Dante Gabriel Rossetti, painter and poet, was born in London on this day May 12 1828. As a young man he could not decide whether to paint or write poetry and so throughout his life these subjects became closely intertwined in his works. Rossetti was a founding member of the Pre-Raphaelite Brotherhood, along with William Holman Hunt and John Everett Millais, which was started in 1848. They sought to surpass the abilities of the painters earlier than Raphael through unifying ideals of extreme detail, intense colors and the ability to paint plein air while using live models. This was all reactionary, regarding their thoughts and feelings on spirituality and beauty being lost due to the onslaught of the machine-age. The painting Girlhood of Mary Virgin was the first piece of work, exhibited in 1949 by Rossetti, which revealed the identifying signature of the Pre-Raphaelite Brotherhood, the initials P.R.B for short.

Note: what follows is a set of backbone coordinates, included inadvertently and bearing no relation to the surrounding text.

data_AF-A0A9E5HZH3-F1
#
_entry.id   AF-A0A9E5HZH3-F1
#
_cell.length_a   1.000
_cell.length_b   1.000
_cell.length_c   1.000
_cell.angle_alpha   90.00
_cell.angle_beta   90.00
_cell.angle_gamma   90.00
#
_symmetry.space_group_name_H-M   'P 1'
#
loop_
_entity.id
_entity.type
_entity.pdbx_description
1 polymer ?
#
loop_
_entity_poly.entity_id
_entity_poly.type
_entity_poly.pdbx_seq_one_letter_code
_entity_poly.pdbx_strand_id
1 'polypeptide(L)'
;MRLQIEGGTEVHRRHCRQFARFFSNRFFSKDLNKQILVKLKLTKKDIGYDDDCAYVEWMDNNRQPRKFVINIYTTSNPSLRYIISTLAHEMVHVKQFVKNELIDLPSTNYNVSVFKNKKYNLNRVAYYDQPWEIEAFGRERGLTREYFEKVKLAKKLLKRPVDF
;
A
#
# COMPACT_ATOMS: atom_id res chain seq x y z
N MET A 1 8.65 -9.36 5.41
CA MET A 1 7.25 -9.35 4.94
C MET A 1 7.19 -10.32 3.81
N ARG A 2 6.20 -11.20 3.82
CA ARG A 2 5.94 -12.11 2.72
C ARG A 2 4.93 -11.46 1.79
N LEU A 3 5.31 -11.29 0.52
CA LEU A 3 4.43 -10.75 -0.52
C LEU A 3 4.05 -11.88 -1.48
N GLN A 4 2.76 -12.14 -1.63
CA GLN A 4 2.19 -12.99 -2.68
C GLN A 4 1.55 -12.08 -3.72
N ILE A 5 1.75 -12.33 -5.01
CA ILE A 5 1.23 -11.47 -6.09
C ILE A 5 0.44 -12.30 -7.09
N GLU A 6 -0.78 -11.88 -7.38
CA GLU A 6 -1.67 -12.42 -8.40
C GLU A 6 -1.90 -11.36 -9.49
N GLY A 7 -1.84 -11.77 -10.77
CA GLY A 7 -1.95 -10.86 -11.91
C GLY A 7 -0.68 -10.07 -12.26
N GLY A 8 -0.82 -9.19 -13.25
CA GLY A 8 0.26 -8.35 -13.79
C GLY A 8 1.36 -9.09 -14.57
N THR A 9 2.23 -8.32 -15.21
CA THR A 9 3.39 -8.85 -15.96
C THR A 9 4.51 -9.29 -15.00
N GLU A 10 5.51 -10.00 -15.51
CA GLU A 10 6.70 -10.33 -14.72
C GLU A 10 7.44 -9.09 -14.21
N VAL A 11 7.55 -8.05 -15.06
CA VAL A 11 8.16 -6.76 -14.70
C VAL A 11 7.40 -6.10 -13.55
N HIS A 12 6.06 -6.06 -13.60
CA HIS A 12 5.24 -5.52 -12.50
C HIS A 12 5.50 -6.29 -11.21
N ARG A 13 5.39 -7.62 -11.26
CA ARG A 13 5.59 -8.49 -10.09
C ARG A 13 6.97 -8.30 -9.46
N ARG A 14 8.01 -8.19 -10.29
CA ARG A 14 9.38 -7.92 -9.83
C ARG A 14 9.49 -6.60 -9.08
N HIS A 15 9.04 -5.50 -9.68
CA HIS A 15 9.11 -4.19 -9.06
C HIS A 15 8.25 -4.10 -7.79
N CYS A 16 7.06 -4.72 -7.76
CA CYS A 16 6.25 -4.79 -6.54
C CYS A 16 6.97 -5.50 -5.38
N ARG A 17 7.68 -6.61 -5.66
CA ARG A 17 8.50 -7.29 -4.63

Proserpine, painted by Rossetti, was based on the story of the Greek Goddess and the myth of springtime. Proserpine (Persephone) is seen holding the forbidden pomegranate with which she was told not to eat, but alas, she was tricked into eating the fruit and its seeds and, as a result, she was forced to give up half of every year of her life to live in the Underworld with Hades (winter). Proserpine translates from Latin as “to emerge”, this being spring time. The light behind her represents a glimpse into the life of the upper world, and the ivy branch symbolizes persisting memories.
In real life, Jane Morris, then wife of William Morris, posed as the model for Proserpine because she embodied the beauty ideals so closely held by the P.R.B. There are three versions of this painted in oil, dated 1877, 1874 (Tate Gallery) and 1882.